Unfortunately, nearly every vehicle along the main street was closed and locked. The few that didn't have the doors locked had no keys in the ignition anyway. Didn't people trust each other around here? Anyone would think that their cars might get stolen.

All he wanted was to borrow one. He couldn't afford to buy a car. He wasn't really an Elder.

He couldn't find what he needed and was getting frustrated when, ("Aha!"), he came across a car-sales yard. There were plenty to choose from in there.

He broke into the office by levering a door open - and breaking it, but whatever. The carefully labelled keys for all of the cars in the yard were on a board above the desk. That was good. He found the car he wanted, got in and started it, no trouble at all. Then there was a problem.

There was a chain across the way out of the yard and it was padlocked, so he couldn't drive out there. People really weren't very trusting. He couldn't find the key to open it, so he went across the road to the Hardware and Building Supplies Store and got some tools, including a hacksaw. He was going to need tools anyway.

He cut the chain and got rid of it, threw the tools into the car and drove out to the street - jerking and jumping all the way, but no-one was watching and laughing. Back at the other shop, he loaded up al his gear, and then went back to the motel. He got his luggage and the bakery food from there.

What else? A map. He'd need a map so he didn't get lost.

He drove to the Service Station on the way into town, broke in there and got a book of road maps.

Then, seeing as he was there, he thought that he should make sure that his car was full of fuel, oil and water. Oil and water were not a problem, the water hose worked and there were bottles of oil everywhere. However, he couldn't get any petrol out of the pumps, they weren't working because the power was off. What to do?

Ah, yes. He got a piece of hose and some fuel containers and went back to the car-sales yard where he siphoned petrol out of the other cars there. He filled his car, as much as it would hold, and put the containers into the boot in case he ran out somewhere away from a town.

He looked around, said goodbye, got into the car and left. He was going home.

Driving was not too bad, he was enjoying it, but it was probably just as well there was no-one to see him as he jerked and crashed through the gear changes. He was doing okay, he told himself. He was mobile and he was going in the right direction. He'd learn and get better at driving as he went.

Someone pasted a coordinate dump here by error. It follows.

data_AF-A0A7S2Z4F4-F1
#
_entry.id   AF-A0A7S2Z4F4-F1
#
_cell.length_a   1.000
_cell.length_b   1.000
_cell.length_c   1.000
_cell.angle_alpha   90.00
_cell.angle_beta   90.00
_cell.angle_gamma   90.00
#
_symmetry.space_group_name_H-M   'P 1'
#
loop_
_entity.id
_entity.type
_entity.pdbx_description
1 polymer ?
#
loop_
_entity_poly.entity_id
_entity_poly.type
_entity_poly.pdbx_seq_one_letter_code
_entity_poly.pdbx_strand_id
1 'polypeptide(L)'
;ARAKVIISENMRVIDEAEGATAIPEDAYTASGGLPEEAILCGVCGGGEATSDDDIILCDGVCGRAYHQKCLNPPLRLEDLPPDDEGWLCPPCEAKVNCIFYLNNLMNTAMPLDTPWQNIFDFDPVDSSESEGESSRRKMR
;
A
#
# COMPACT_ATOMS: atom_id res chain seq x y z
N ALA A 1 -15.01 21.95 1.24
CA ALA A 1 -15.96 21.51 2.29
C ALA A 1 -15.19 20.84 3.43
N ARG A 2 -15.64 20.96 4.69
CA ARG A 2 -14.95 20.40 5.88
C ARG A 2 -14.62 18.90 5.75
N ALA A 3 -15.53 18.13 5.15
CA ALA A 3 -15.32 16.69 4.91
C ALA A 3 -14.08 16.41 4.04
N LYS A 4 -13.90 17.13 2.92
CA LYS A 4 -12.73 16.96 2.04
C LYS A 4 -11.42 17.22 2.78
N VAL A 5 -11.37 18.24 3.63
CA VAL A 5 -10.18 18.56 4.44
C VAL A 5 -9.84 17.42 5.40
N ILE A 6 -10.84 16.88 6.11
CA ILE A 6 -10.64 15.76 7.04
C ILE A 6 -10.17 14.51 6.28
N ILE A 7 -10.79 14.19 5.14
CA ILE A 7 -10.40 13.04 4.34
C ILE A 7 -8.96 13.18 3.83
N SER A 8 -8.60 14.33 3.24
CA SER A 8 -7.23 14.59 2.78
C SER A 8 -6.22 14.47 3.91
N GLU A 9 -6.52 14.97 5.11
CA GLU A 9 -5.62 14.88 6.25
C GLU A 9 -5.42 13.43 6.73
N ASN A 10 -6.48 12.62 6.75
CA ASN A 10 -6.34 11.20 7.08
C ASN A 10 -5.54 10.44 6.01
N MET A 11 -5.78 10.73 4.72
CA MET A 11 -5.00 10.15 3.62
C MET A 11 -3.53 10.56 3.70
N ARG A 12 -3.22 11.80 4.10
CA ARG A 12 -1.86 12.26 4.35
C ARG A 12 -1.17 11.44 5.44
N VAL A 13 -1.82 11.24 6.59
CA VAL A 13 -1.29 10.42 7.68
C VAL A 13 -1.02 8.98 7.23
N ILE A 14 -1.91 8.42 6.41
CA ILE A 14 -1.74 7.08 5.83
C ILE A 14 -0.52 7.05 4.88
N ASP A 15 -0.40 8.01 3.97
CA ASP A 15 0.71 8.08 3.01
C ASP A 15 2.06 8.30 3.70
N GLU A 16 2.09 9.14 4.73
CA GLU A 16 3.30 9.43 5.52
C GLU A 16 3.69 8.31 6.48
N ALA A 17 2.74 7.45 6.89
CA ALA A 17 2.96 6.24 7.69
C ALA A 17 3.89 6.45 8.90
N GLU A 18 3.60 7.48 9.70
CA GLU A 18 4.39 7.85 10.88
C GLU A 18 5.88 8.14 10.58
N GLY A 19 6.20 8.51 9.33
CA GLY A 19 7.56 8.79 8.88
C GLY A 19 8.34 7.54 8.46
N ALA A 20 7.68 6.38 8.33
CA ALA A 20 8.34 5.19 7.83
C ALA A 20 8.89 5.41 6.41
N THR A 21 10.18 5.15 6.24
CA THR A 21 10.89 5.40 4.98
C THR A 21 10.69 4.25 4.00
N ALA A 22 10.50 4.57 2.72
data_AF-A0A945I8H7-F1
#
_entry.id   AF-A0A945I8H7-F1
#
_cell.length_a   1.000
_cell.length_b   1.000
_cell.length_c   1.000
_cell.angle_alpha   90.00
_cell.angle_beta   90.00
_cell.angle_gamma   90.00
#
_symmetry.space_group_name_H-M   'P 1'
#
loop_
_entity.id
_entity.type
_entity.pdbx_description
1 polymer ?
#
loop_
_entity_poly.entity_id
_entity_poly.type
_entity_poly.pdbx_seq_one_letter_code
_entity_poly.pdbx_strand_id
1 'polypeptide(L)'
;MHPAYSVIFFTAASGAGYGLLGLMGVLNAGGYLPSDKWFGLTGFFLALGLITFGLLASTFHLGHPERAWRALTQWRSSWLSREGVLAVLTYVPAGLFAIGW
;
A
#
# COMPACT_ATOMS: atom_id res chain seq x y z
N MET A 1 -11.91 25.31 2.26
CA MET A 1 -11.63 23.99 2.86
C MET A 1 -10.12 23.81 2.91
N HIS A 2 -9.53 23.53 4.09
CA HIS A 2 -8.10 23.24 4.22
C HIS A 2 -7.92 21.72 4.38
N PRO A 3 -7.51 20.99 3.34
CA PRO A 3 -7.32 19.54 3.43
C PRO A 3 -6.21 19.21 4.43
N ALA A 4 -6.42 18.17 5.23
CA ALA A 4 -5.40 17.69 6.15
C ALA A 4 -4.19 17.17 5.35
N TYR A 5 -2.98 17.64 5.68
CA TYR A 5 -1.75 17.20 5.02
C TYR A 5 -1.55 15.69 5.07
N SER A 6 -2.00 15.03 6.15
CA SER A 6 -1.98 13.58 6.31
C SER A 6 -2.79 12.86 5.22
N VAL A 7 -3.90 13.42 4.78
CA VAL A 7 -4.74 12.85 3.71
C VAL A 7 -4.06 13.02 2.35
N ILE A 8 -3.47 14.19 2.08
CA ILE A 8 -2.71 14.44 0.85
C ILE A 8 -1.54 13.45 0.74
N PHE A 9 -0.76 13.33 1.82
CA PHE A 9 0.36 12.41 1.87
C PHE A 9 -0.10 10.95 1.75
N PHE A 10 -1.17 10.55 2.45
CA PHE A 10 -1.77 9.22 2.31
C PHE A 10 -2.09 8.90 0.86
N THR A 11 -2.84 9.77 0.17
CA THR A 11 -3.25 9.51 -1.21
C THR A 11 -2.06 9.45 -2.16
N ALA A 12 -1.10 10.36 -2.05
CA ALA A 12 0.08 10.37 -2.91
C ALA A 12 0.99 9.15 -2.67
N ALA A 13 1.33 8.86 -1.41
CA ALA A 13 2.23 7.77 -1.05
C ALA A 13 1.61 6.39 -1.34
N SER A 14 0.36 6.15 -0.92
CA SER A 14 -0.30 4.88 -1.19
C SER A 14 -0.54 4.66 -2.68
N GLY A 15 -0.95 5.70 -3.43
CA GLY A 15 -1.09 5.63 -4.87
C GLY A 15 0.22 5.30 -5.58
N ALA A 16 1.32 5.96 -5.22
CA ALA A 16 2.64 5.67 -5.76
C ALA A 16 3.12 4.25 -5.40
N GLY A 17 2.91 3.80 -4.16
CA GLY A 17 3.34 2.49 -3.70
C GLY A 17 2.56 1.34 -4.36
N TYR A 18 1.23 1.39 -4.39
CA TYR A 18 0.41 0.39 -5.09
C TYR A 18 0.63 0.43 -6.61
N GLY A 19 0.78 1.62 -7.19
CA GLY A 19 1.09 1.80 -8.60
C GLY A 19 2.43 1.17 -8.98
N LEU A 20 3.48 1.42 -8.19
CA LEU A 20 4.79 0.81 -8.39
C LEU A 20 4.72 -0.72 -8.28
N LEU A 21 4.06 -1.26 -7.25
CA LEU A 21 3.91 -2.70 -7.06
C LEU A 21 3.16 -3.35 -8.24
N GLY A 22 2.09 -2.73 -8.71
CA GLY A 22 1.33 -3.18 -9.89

The car rolled smoothly along the empty highway, purring easily over the small hills. His speed increased as his confidence did.

Winding down a heavily-forested hill, he glided, too wide, around a tight curve and there was a truck, a huge double-decked stock-truck and it was blocking the road! Blast!!

He wrenched the wheel around as hard as he could and jammed on the brakes. He stood on the brake pedal and yelled at the top of his lungs. He closed his eyes and waited for the crash, but it didn't happen.

There was a screech of scraping metal. He peeked and, somehow, the car had missed and slid around the end of the trailer. It was now heading for a tree-covered cliff.

"Whoah!" He pulled the wheel around the other way and managed to get back on the road. The car stopped; he turned the engine off, got out and stood there shaking as he looked back at where he'd just come through.

He could not believe that he'd actually managed to get around there, it still didn't look like there'd be enough room. There was a long and wide scrape down the length of the left-hand side of the car. He had, literally, scraped through.

"Let that be a lesson to you, Young Man. Do not speed around blind corners. Also, stop talking to yourself!" He shrugged and grinned. Yes, he wouldn't get caught like that again. Why was the truck over the road like that?

He climbed up, opened the door and looked into the cab. There was no driver, of course. He shut the door and jumped back down, and then froze. He climbed back up and had another look.

Yes, he was right. The seat belt was buckled-up and lying empty on the driver's seat. That was odd, really odd.

It was unsual for someone to leave a belt fastened while empty, but it could happen, it takes all sorts. But he had just realised that every vehicle he'd seen in the last couple of days, not parked but on the road or crashed off it, had the driver's belt done up. Weird.

It was like they'd all been teleported out of them. That couldn't happen, could it? Something had happened, everyone except him was gone. What had happened?

"What the HELL happened?" He didn't know.